The Diamond Sutra says “The past mind can’t be grasped, the present mind can’t be grasped, and the future mind can’t be grasped”. With which mind are you going to eat the cake?
~ Gateless Barrier, Case 28 (fragment)
It had been more than 43 years since I had last visited Sheep Mountain, which rises straight up several thousand feet, across the Matanuska River from the Chugach range, in South Central Alaska. I had long ago over-wintered there and was now walking along an old-gravel road bordered by alder and willow, looking for a former-neighbor’s cabin. On the trail, I spied a set of fresh moose tracks, pressed into the muddy earth just a few hours before, and the above koan came to me.
The koan was asking, I felt, about the passage of place and time. Which past mind, which memory, can’t be grasped: The moose, four hours ago; the 19-year old, four decades ago? Which present mind can’t be grasped: The moose track as it now sits, the me as I bend down to look? Which future mind can’t be grasped: This track that will soon be gone; the me, a few decades in the future?
I re-read the above few lines from The Diamond Sutra, asked of a travelling monk by an old lady in a tea-shop, and it became clearer, without really needing an answer. Though late May, it was still cold on Sheep Mountain; mid-30s in the mornings. Nevertheless, the alder and willow were exploding over just a few days, desperately catching up to the lengthening summer days. The thickets are thickening with new green shoots; in another week, or so, they promised to be fully-leaved. With the thaw, the snow and the glacier are again feeding the Matanuska River, which is running fast. Woody, a neighbor with whom I shared coffee one morning, told me that Allen, the hunting guide, drowned crossing the river in a canoe just a couple of months after I left. His wife has lived in their cabin, alone these years.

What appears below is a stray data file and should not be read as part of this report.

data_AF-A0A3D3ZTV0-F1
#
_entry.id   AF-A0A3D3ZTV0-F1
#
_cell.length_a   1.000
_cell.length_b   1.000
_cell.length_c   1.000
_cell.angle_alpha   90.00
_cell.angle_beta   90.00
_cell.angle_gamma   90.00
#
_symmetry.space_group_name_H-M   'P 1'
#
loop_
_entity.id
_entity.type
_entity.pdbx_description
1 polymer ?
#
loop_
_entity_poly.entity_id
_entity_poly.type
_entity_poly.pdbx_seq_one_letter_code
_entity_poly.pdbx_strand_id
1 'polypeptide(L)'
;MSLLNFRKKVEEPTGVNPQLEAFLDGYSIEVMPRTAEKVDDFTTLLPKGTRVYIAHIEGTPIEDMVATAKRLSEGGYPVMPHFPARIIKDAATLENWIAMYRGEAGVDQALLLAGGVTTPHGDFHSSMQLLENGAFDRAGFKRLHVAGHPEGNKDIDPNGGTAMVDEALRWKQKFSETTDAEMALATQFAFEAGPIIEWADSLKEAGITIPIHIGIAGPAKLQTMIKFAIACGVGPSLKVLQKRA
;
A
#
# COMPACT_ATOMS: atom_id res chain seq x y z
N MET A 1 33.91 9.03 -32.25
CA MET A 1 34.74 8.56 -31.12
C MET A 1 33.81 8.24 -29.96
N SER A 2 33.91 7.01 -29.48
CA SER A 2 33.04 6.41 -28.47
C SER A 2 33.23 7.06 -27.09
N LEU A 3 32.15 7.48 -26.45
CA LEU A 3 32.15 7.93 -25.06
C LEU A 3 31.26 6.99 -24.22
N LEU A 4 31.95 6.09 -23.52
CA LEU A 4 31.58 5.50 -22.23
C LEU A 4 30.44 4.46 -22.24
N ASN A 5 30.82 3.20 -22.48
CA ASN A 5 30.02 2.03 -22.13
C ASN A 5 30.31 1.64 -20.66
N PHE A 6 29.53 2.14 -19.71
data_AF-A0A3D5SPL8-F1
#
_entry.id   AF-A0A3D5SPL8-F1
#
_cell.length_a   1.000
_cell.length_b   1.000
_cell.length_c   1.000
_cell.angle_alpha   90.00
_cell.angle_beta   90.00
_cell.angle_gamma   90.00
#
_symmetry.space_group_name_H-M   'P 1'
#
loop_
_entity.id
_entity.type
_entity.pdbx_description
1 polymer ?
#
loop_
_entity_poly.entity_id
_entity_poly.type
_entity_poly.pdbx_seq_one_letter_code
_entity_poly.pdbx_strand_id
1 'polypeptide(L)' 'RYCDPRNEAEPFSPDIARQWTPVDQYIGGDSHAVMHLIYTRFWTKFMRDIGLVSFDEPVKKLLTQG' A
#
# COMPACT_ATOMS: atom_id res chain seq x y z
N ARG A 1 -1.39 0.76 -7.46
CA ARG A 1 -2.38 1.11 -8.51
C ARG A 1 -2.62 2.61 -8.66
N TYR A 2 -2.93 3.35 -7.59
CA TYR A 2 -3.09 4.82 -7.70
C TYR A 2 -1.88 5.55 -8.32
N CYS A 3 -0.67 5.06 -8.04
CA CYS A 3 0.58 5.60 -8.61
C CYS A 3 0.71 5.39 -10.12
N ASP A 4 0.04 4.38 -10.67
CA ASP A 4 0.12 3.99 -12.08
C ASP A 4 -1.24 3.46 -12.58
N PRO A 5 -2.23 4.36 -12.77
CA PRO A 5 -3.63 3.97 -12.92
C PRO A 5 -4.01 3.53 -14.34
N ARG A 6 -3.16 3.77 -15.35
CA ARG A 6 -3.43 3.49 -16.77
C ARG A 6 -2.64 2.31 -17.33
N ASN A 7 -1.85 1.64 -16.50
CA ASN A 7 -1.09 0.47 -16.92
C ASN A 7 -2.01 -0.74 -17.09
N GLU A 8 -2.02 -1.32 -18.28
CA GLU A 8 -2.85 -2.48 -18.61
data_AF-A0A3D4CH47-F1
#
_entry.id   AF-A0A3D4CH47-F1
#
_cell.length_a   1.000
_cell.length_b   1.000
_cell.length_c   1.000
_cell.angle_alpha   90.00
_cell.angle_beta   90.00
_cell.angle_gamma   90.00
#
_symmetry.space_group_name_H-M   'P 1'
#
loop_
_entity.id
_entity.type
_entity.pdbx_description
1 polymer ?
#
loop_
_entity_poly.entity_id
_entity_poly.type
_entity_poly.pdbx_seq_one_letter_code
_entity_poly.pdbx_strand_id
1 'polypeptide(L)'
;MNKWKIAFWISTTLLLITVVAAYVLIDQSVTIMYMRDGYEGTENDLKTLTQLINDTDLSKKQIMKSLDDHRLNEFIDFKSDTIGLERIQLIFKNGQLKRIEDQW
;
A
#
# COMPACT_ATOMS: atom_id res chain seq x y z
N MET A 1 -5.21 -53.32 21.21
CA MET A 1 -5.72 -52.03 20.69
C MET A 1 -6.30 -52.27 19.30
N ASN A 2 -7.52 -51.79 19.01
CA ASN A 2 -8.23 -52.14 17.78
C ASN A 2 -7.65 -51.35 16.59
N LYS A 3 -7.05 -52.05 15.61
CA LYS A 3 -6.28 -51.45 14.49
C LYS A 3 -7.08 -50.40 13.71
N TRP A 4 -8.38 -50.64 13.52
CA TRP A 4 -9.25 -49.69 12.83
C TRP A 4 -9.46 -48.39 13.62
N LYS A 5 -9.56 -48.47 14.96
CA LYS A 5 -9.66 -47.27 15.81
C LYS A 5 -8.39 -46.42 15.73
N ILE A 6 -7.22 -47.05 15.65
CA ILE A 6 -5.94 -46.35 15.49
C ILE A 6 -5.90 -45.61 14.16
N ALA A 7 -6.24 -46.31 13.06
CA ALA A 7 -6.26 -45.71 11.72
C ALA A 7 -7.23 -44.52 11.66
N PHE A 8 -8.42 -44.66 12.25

I read the sutra lines again, and it seemed that mind ~ the one mind which stretches to the far corners of the universe ~ can never be grasped; it can only be lived. I put my hand down upon the moose track, and for just a moment, they seemed to enjoy each other’s reflection.